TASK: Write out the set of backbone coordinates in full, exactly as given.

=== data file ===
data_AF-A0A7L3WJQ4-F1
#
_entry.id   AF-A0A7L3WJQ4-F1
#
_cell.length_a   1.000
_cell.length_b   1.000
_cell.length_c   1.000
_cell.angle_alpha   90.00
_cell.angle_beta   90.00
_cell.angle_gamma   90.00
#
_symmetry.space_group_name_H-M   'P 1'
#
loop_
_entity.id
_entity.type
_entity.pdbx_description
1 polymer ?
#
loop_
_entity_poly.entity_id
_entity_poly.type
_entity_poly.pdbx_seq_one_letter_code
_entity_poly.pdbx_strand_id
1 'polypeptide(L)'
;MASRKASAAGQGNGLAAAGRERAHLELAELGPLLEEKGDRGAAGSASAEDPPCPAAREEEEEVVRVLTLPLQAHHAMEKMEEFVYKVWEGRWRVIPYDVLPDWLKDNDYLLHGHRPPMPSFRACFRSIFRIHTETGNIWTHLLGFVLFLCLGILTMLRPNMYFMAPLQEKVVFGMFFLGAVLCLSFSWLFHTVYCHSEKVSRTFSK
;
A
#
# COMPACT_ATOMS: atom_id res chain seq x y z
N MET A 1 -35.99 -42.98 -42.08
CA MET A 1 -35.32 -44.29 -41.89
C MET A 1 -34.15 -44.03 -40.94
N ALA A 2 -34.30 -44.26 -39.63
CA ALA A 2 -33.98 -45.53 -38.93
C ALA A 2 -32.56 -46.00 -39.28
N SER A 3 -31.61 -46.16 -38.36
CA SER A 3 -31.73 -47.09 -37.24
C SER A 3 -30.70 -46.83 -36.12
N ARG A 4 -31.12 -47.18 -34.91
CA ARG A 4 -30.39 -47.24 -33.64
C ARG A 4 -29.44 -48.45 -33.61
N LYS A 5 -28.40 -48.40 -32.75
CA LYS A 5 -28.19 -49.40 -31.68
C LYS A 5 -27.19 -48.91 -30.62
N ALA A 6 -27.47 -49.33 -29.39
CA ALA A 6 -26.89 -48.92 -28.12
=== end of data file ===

data_AF-A0A7L3WJQ4-F1
#
_entry.id   AF-A0A7L3WJQ4-F1
#
_cell.length_a   1.000
_cell.length_b   1.000
_cell.length_c   1.000
_cell.angle_alpha   90.00
_cell.angle_beta   90.00
_cell.angle_gamma   90.00
#
_symmetry.space_group_name_H-M   'P 1'
#
loop_
_entity.id
_entity.type
_entity.pdbx_description
1 polymer ?
#
loop_
_entity_poly.entity_id
_entity_poly.type
_entity_poly.pdbx_seq_one_letter_code
_entity_poly.pdbx_strand_id
1 'polypeptide(L)'
;MASRKASAAGQGNGLAAAGRERAHLELAELGPLLEEKGDRGAAGSASAEDPPCPAAREEEEEVVRVLTLPLQAHHAMEKMEEFVYKVWEGRWRVIPYDVLPDWLKDNDYLLHGHRPPMPSFRACFRSIFRIHTETGNIWTHLLGFVLFLCLGILTMLRPNMYFMAPLQEKVVFGMFFLGAVLCLSFSWLFHTVYCHSEKVSRTFSK
;
A
#
# COMPACT_ATOMS: atom_id res chain seq x y z
N MET A 1 -35.99 -42.98 -42.08
CA MET A 1 -35.32 -44.29 -41.89
C MET A 1 -34.15 -44.03 -40.94
N ALA A 2 -34.30 -44.26 -39.63
CA ALA A 2 -33.98 -45.53 -38.93
C ALA A 2 -32.56 -46.00 -39.28
N SER A 3 -31.61 -46.16 -38.36
CA SER A 3 -31.73 -47.09 -37.24
C SER A 3 -30.70 -46.83 -36.12
N ARG A 4 -31.12 -47.18 -34.91
CA ARG A 4 -30.39 -47.24 -33.64
C ARG A 4 -29.44 -48.45 -33.61
N LYS A 5 -28.40 -48.40 -32.75
CA LYS A 5 -28.19 -49.40 -31.68
C LYS A 5 -27.19 -48.91 -30.62
N ALA A 6 -27.47 -49.33 -29.39
CA ALA A 6 -26.89 -48.92 -28.12